Fortunately, there are some good accountants and bankers in the world, who instead of depleting trust in society, actually increase it through giving trustworthy advice and guidance.
Faith, culture and trust are critical to sustained success in finance, but they can’t be put into a formula which can be taught in a business school, or an objective science which refuses to take account of the depth and range of human diversity. Given our vast global crises in banking and finance – we’ve had a financial crash in every decade since the 1970s – we urgently need to change our understanding and attitude to finance. These crashes have resulted in the loss of millions of jobs, homelessness and the plunder of savings and pensions.
Pensions are a classic arena where we are encouraged to save now for a better retirement, but those retirement promises are not guaranteed, and often the advisors and companies have been turned over many times so no-one is responsible. The same can apply to life insurance and long-term savings products. Not many people know that the commission on the finance deal on a car is worth more to the salesman than the profit made on the car itself. The experts know it, and thrive on front-end fees and rewards, and false hopes for which they may never be held accountable. Instead of helping the client, they enrich themselves.
Most people encounter finance when shopping, getting a mortgage, saving for a pension or buying a car. They often get scared in understanding the terms and conditions and get drawn in by words like discounted interest rates or ‘teaser’ savings rates, which pull them into the Bank, but can turn sour soon after the account is opened, or when the first two years of the cheap mortgage expire. The scams in finance keep on growing, and the highest losses are suffered by ordinary people whose trust in the advisers is betrayed. Here we have marketing and deceit which is not prevented by regulators. Customer innocence and ignorance is betrayed and exploited, rather than supported, and precious lives and households go unprotected. As the costs of housing and living increase, we’re left with increasing poverty, inequality and homelessness.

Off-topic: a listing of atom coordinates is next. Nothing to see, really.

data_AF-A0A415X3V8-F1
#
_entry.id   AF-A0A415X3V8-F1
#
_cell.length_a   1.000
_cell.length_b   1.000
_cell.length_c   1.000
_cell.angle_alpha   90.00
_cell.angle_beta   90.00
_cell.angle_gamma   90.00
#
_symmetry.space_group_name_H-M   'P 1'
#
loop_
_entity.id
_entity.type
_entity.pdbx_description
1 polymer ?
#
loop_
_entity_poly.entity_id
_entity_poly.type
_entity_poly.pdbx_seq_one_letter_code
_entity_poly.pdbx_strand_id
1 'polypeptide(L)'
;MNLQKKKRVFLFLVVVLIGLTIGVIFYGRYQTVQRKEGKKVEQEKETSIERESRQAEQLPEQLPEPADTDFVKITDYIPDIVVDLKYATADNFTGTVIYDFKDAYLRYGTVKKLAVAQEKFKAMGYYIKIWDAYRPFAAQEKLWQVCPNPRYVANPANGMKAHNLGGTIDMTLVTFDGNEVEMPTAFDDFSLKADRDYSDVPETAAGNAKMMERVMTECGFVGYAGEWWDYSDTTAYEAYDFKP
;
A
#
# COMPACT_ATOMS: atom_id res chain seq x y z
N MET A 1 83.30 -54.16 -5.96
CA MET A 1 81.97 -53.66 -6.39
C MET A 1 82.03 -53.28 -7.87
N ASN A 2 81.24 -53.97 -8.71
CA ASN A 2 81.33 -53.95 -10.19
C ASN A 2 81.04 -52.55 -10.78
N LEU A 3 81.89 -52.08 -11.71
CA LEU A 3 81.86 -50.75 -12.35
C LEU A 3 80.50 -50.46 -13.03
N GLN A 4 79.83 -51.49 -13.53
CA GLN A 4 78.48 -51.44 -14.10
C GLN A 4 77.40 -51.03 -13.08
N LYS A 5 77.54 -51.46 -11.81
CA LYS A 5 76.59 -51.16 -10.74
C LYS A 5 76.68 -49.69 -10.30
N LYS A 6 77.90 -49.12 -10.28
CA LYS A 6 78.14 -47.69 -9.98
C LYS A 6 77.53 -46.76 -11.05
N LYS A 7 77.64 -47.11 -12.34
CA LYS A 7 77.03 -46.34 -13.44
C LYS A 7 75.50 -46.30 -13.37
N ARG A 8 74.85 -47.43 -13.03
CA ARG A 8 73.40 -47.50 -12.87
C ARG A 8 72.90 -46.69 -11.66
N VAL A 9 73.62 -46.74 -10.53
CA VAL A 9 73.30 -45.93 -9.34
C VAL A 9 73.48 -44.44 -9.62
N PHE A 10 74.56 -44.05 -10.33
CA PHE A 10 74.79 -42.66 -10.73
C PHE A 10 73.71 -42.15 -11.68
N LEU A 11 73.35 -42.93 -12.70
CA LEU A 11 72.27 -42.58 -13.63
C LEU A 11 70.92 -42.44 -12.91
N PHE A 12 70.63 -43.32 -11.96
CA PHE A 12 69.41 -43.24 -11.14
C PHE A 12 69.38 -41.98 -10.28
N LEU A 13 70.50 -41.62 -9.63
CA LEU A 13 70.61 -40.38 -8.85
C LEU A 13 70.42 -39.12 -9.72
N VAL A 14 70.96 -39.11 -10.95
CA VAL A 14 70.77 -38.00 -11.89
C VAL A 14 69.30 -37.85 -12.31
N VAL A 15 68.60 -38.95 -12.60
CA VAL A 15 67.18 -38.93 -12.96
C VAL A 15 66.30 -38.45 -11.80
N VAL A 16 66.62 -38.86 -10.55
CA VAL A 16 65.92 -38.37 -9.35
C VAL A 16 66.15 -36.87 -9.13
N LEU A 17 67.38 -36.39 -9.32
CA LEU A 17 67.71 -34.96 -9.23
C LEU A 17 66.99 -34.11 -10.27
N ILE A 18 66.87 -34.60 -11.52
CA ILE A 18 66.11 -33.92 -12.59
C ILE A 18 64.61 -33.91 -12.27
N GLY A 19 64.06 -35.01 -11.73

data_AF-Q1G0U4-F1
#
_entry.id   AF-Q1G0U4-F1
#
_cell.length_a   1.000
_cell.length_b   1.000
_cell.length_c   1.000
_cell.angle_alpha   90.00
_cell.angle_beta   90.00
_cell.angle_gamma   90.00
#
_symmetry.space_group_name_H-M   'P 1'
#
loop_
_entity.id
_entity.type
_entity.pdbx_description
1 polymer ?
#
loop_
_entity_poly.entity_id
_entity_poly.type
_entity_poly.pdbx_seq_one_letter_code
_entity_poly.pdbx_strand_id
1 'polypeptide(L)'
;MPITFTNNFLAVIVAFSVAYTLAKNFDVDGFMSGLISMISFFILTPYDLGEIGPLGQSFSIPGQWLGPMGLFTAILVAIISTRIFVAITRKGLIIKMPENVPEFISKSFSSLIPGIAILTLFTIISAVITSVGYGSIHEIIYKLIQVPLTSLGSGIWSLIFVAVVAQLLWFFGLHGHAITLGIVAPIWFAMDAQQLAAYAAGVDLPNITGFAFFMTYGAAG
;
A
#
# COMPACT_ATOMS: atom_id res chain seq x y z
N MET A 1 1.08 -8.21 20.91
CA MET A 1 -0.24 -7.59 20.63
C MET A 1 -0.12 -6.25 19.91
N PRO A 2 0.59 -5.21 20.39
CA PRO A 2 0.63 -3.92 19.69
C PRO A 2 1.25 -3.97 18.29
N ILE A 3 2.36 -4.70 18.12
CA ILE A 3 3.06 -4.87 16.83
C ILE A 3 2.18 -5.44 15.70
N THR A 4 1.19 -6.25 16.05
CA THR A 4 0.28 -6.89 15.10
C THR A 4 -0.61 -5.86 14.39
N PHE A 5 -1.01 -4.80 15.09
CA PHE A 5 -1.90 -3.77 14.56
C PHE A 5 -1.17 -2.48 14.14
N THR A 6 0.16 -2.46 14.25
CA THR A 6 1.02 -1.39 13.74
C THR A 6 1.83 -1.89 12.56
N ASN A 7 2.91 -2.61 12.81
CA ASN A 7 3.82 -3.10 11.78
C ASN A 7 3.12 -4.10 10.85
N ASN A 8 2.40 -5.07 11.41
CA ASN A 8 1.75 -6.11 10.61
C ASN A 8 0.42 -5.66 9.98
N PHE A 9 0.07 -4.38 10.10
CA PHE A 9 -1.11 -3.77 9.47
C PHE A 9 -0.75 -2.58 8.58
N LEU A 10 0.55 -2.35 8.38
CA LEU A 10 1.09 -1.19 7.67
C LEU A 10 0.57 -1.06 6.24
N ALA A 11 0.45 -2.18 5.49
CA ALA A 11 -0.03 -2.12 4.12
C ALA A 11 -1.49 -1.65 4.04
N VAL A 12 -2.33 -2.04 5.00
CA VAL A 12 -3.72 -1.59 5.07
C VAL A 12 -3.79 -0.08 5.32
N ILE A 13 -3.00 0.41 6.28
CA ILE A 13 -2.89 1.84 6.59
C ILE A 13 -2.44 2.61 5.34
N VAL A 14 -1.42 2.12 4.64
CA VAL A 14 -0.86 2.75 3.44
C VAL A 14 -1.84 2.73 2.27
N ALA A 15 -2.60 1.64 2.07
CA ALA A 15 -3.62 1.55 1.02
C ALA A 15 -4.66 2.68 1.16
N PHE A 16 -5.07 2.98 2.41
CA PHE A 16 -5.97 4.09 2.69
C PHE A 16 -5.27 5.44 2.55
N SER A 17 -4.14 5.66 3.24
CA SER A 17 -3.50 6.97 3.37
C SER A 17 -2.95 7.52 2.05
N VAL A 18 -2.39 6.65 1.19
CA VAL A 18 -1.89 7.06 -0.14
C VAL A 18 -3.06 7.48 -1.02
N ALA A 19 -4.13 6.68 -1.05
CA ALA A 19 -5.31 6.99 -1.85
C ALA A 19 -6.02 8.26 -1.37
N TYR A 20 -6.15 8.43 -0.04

In stark contrast, the wealth and profits of expert professionals and financial institutions keep on growing, in spite of the booms and busts. So many households and families are desperately in need of honest and trustworthy financial advice but are scared to access it as they have a consistent experience of betrayal.
I also think society has made us confuse our needs, comforts and luxuries. A holiday is not a luxury, when someone has to spend a whole year in debt thereafter to pay for it. Once I witnessed a five year old girl in a supermarket with her mother who had given her some pocket money. She was confused by the array of choices and had to decide between what she really needed and what was on offer but unworthy or unaffordable. We all need to be like this parent – set the right habits early on and be the example of prudence for children so that they learn about thrift and saving, rather than debt and excess. This will not come in any textbook. However, good habits are a critical life skill which need to be nurtured long before bad habits are encouraged by credit card marketing – the buy now, pay later society is ruining our health and well-being.
There’s a difference between expense and investment, which people often fail to understand. Paying for a high-class suit may be an expense, whereas education and training can be an investment if it leads to better jobs or professional skills. At present students are being asked to borrow for their University education which is a big debt burden early on in life. However, if they can use this debt to work hard on their studies and build a disciplined financial character, it can be a good thing in terms of a long-term return on investment.
Understanding and accepting death can help us come to terms with our insecurities, materialism and greed – we will not be able to take our money with us. The Jains have a profound philosophy of death, which helps them build significant self-discipline in life, including in our relationship with money. There is no wealth but life, as Ruskin famously said. Choosing the path of an academic and community leader was not difficult for me once I understood the limits of a materialistic lifestyle. For me wealth comes from seeing a student grow in confidence, or when I conduct research which helps transform public understanding. If it requires courage and a public conscience, I credit my Jain roots and upbringing. For our monks to give up everything in search of learning, meditation and reflection sets a very high example for our business leaders. The Jain historical record shows that such a disciplined and ethical personal life leads to sustained wealth creation and fulfilment. Let’s not neglect good culture, awareness and habits relating to money. They can save us from a lot of pain and deceit.
This interview was first published here: https://www.bbc.co.uk/programmes/m000yldz